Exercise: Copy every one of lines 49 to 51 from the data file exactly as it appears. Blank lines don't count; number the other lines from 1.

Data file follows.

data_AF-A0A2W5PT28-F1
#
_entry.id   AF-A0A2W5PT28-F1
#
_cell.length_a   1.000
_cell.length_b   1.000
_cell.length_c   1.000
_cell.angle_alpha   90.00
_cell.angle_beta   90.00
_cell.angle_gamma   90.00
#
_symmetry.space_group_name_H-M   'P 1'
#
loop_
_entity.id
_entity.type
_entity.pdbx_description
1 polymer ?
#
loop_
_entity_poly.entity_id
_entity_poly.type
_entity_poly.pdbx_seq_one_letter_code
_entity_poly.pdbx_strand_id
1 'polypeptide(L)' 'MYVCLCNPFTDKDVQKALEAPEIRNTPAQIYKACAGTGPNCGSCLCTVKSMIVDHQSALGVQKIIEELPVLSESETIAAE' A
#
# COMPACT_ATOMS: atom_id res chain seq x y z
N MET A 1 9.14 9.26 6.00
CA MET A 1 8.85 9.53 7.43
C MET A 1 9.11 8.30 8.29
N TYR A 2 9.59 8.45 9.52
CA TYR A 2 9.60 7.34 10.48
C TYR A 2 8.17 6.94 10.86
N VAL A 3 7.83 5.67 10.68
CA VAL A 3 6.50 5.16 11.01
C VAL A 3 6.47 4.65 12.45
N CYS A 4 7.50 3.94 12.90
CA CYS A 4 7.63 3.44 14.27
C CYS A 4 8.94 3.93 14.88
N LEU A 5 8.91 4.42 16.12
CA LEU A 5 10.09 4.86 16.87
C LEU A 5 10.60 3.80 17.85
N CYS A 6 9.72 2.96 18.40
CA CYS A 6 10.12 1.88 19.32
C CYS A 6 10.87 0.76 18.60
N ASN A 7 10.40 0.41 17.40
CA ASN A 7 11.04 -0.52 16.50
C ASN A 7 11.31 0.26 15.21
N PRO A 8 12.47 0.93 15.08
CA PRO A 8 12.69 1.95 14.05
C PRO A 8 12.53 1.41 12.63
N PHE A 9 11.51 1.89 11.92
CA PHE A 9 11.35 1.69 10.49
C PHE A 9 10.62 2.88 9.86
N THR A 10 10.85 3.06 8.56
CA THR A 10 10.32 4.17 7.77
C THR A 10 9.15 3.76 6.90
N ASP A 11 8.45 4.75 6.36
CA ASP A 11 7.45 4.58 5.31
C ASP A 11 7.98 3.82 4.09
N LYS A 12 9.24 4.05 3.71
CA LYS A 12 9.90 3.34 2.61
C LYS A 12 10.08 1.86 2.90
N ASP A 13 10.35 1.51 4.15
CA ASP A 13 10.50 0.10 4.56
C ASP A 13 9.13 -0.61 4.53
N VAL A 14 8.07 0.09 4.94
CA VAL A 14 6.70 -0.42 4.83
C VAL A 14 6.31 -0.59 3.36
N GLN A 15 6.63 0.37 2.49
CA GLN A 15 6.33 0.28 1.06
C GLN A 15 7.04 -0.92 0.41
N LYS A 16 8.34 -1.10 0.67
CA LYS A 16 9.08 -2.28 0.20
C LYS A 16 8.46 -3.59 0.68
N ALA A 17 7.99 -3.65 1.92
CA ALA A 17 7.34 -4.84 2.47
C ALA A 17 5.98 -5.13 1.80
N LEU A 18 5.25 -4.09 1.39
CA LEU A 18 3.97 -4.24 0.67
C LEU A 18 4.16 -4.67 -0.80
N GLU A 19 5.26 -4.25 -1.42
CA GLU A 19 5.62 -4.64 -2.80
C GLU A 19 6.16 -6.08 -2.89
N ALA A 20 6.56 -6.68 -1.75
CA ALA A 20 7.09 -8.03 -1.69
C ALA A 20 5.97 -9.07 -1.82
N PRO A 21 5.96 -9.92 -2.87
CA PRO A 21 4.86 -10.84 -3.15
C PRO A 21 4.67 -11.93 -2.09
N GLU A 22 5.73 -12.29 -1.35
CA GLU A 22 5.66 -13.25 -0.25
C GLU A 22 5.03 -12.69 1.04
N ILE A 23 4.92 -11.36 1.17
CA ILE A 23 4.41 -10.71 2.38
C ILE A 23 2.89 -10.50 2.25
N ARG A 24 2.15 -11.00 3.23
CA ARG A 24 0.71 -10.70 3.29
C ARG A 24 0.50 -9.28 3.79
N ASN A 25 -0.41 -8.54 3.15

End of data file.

N PRO A 8 12.47 0.93 15.08
CA PRO A 8 12.69 1.95 14.05
C PRO A 8 12.53 1.41 12.63